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Weekly Market Update Monday 29th August 2022
Markets continue to look for signs of an interest rate pivot in the US
Bond yields, which move inversely to price, moved higher, as investors await the hotly anticipated speech from Jerome Powell, chair of the US Federal Reserve (Fed) on Friday, as interest rate policy continues to dominate markets. Expectations are high that without giving away any details on further rate rises, the Fed chair will be keen to burnish his credentials as being tough on inflation. With economic data beginning to point towards a slowdown, investors are looking for any sign of a pivot away from the current trajectory of rate increases, which has been running at an increase of 0.75% for the last two rate setting meetings. Currently markets are pricing in a peak in US rates of around 3.8% in March 2023, with peak rate expectations gradually increasing in recent weeks, with the peak priced in as low as 3.2% at the end of July.
As of 12pm on Friday, London time, US equities are down 0.7% over the week, whilst the US technology sector has fallen 0.5%. European stocks have lost 1.3%, and the UK market is down by a similar amount, having dropped 1.2%, not helped by the continued escalation in natural gas prices. The Japanese market is down 0.75%, whilst Australian equities fell 0.2%. Emerging markets bucked the trend, rising 0.2%, with Latin American stocks increasing by 3.1%, helped by the recovery in commodity prices in recent weeks.
Interest rate expectations gradually ratchet higher
Government bond yields rose, with shorter dated bonds rising the most. The yield on 2-year US Treasuries touched 3.40% mid-week, before settling back down at 3.37%. The 10-year Treasury is currently trading at a lower yield of 3.07%, meaning that the 2-year 10-year yield curve remains inverted, which many investors (but notably not the Fed) believe is a signal of an upcoming recession. The UK yield curve is also inverted, with 2-year gilts trading at a yield of 2.80% versus 2.61% for 10-year gilts. Whilst perhaps counter intuitively the German bund yield has yet to invert, with 10-year bunds trading at a yield of 1.35%. Futures markets are currently pricing UK rates rising to 2.8% by the November meeting, versus 1.75%, with rates rising to 4.0% by March. Whilst Eurozone rates are priced to rise from zero today, to 1.3% by December.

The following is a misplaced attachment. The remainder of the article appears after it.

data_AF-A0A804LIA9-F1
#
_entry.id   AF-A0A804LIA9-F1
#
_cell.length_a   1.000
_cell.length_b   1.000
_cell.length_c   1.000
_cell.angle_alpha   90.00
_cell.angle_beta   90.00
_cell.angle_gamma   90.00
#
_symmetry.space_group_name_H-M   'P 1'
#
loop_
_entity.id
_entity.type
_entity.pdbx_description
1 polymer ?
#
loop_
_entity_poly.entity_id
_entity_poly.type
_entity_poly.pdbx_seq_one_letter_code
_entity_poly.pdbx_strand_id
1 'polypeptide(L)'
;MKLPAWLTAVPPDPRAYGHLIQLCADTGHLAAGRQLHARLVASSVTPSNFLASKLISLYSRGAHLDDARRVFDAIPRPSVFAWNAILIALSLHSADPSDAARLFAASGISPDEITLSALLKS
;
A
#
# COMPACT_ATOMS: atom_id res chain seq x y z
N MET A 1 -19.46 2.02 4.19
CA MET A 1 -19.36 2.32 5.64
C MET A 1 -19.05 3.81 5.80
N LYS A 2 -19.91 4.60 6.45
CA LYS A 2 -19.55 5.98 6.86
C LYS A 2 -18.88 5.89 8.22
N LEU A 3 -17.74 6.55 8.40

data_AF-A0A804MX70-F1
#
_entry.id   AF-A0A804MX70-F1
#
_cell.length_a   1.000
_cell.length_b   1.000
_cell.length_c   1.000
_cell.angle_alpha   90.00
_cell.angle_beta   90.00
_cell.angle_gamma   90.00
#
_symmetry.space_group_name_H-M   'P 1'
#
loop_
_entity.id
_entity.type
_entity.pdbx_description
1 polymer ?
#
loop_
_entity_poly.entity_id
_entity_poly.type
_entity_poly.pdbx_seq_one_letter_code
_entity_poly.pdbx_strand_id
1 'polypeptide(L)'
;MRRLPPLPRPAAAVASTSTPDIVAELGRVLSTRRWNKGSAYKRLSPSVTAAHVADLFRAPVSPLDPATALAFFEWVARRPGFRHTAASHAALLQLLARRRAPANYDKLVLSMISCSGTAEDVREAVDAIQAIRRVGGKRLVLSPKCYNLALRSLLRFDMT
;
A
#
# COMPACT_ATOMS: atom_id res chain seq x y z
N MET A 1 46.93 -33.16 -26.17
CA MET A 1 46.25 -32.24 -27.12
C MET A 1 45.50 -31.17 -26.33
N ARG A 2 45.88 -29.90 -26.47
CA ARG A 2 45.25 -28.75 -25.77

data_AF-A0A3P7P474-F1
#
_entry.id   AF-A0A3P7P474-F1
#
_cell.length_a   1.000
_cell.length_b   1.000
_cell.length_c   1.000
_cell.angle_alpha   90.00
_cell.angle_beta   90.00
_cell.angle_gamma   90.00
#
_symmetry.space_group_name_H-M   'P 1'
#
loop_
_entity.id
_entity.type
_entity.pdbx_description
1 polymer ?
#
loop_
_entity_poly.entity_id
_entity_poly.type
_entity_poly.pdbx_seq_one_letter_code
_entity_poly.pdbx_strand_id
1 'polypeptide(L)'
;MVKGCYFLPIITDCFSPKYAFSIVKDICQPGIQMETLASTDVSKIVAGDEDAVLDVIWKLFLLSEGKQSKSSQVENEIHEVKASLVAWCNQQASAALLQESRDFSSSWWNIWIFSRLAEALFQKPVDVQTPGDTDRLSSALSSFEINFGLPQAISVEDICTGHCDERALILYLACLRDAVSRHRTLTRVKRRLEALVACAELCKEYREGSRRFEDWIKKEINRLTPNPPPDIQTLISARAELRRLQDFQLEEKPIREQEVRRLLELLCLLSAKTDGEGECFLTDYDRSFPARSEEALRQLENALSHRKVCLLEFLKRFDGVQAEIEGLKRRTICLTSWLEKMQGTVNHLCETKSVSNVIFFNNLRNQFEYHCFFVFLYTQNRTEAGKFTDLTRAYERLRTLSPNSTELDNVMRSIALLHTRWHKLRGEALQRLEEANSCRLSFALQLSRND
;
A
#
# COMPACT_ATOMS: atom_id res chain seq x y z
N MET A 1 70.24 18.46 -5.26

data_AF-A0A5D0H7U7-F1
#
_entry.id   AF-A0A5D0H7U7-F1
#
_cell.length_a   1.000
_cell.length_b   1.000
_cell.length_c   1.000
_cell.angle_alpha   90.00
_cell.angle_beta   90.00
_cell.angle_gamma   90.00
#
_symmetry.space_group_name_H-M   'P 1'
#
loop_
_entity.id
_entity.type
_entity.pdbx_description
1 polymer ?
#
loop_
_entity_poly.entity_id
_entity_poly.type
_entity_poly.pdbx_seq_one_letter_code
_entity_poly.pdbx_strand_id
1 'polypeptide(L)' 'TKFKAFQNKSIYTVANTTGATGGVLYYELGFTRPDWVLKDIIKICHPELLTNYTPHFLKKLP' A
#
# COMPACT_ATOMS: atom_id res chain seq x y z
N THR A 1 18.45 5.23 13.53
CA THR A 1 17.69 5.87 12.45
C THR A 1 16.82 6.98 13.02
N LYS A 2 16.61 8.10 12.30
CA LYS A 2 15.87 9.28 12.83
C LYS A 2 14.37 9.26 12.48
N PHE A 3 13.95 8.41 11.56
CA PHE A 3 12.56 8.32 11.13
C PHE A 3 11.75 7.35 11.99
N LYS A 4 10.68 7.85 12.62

UK retail energy price cap rises by 80%, with further rises forecast
Gold fell 0.3% over the week, now priced at $1,758 an ounce, whilst industrial commodities continued their recent renaissance. Brent crude rose 4.4%, trading at $101 a barrel, copper was up 0.8%, at $8,167 a tonne, and European natural gas increased a whopping 28% over the week, priced at $318 a megawatt hour. On Friday the UK regulator increased the price cap on household gas and electricity bills from £1,971 a year to £3,549, an 80% increase. However, this is due to be reviewed again in January, with the latest industry forecasts suggesting the cap could rise to over £6,600 a year by the spring. If this comes to pass, this would be more than a fivefold increase on the price cap set in October 2021.
Bad news is good news as US economic data shows continued signs of softening
US home sales data softened further this week, as the annualised figure for July of newly built homes fell by 12.6%, versus forecasts of a 2.5% fall. Meanwhile the latest service sector purchasing managers’ index, which measures the business conditions service sector companies find themselves in, came in at a 27-month low of 44.1, with any reading below 50 representing contraction, also worse than forecasted. With a focus on interest rates, bad news is good news, as this drip, drip, drip of softening economic data may help the Fed to pivot on its rate hiking path. However, Neel Kashkari, president of the Minneapolis Fed, who has previously been perceived as more dovish on US central bank policy (less inclined to raise rates), was quoted this week saying that a combination of “maximum employment” and “very high inflation” makes the Fed’s approach “very clear, we need to tighten monetary policy to bring things into balance.”
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